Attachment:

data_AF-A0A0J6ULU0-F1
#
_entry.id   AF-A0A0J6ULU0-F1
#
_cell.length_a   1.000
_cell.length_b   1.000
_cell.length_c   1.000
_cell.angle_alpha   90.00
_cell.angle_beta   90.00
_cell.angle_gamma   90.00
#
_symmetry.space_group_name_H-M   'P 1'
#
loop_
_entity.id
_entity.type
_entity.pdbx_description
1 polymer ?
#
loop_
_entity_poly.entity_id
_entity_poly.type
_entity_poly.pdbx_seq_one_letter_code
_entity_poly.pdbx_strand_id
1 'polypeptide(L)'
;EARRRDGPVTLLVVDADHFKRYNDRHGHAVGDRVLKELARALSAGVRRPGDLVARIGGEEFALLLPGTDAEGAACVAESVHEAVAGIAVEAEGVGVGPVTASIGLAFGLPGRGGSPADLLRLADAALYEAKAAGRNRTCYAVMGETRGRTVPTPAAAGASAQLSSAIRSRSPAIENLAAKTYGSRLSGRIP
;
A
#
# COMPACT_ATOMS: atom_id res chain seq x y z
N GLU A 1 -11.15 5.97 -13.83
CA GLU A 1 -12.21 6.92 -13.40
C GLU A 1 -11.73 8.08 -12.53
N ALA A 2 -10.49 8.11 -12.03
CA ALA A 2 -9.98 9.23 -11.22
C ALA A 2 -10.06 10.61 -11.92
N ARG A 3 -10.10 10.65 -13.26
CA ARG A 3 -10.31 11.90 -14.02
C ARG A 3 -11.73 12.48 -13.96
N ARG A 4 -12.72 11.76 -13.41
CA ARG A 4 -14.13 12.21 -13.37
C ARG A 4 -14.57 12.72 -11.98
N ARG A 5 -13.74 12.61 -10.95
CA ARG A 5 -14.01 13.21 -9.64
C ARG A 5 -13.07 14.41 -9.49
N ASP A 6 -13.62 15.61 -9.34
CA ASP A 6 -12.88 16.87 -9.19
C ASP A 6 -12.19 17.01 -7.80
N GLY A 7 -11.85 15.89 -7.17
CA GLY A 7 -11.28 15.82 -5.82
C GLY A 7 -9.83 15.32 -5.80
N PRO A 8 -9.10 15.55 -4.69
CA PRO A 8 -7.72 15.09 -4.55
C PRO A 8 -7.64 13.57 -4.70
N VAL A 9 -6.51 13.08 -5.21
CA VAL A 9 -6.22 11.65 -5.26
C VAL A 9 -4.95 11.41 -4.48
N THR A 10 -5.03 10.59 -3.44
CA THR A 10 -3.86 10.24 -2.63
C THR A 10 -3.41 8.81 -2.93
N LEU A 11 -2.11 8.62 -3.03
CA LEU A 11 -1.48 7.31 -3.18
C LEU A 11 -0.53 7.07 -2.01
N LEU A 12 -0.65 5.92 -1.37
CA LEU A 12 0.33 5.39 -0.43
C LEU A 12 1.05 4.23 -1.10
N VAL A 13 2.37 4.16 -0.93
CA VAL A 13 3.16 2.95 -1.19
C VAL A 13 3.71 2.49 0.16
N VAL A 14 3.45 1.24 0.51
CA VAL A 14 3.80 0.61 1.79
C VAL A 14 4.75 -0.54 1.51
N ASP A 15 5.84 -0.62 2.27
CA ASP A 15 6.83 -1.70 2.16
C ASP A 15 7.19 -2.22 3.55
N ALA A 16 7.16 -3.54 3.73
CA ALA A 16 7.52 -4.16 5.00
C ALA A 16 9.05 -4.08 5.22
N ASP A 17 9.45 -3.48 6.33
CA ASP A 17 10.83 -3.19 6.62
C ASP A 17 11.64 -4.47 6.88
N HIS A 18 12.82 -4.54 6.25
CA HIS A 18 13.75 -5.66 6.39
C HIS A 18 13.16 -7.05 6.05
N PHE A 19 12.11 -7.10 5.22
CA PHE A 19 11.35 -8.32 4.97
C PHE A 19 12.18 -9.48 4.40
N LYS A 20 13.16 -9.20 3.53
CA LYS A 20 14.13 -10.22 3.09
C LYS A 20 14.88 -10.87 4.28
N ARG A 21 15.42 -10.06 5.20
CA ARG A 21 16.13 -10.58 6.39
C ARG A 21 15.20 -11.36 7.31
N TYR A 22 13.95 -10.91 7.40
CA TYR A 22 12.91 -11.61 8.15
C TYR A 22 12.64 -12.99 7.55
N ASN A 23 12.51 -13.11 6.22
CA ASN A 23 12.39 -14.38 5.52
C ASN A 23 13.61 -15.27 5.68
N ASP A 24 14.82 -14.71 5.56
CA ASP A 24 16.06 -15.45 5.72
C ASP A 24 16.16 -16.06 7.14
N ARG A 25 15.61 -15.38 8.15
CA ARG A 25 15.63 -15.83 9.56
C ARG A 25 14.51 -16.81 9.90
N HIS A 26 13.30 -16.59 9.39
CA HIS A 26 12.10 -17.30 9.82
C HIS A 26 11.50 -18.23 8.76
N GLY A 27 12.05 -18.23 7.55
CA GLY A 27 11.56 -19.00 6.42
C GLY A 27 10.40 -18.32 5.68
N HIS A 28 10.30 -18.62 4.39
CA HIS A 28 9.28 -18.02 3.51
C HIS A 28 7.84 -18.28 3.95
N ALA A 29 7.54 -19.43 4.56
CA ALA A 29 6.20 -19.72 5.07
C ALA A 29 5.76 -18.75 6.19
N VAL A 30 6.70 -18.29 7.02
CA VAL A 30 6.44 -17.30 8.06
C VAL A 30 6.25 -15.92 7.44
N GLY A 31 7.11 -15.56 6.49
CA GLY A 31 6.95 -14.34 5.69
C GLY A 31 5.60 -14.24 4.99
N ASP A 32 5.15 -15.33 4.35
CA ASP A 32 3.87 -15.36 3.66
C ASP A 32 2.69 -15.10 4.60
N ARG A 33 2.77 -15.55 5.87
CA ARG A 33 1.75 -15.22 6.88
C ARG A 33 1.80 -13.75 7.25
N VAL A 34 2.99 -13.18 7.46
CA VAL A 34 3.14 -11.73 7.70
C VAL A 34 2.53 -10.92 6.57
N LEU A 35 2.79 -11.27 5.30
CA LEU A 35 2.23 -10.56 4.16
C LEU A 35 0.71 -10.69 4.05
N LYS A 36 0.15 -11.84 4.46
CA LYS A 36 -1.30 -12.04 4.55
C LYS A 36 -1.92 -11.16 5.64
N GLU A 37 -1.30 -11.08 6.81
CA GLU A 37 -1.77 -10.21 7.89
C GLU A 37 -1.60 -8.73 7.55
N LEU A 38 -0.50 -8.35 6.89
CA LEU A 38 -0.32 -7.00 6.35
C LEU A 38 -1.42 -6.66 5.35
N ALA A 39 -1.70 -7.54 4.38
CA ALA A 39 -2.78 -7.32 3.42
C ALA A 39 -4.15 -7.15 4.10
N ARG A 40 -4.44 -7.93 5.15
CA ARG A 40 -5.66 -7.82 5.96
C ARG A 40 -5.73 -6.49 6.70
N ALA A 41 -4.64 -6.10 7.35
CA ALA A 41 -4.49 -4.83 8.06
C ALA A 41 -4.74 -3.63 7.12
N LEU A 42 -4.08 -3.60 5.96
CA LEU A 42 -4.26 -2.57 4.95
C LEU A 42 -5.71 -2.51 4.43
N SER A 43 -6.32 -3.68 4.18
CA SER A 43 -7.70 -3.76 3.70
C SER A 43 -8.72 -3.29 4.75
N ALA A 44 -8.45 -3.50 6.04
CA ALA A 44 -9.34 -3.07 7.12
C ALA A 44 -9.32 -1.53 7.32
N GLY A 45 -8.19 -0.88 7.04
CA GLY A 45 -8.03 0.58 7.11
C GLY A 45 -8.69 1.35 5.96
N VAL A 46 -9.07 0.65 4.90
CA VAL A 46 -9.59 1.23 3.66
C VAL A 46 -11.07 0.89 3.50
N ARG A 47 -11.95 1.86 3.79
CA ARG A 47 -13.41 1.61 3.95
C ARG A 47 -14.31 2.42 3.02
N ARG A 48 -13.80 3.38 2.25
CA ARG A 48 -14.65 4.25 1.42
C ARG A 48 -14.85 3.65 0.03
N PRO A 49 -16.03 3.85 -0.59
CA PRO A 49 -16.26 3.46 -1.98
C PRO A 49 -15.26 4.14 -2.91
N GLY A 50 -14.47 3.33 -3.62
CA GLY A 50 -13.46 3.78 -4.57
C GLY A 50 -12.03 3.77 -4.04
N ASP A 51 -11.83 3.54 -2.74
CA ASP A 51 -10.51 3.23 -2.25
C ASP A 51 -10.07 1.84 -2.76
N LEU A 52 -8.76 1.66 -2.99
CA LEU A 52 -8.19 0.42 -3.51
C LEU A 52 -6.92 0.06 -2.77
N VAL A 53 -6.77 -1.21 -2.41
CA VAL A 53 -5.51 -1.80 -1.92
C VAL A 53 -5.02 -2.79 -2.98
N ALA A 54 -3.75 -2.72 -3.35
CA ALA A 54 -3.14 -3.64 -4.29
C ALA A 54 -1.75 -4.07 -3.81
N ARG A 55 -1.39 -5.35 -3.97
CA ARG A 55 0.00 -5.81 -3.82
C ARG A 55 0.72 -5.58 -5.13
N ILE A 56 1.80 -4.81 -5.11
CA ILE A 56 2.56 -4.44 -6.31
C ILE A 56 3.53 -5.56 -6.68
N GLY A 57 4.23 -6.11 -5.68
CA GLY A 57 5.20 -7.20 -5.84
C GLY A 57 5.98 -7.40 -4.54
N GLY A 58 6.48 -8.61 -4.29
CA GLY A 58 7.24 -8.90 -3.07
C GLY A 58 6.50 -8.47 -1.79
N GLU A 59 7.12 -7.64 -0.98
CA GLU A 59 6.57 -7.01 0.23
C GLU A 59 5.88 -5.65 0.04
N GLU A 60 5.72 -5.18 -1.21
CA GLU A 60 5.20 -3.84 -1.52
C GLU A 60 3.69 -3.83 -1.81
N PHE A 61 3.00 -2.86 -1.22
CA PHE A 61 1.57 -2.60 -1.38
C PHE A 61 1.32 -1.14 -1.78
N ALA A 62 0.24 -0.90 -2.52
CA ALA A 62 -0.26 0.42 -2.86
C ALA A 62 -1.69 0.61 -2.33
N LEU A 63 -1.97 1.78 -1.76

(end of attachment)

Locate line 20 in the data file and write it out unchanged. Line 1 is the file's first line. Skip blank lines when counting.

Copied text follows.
loop_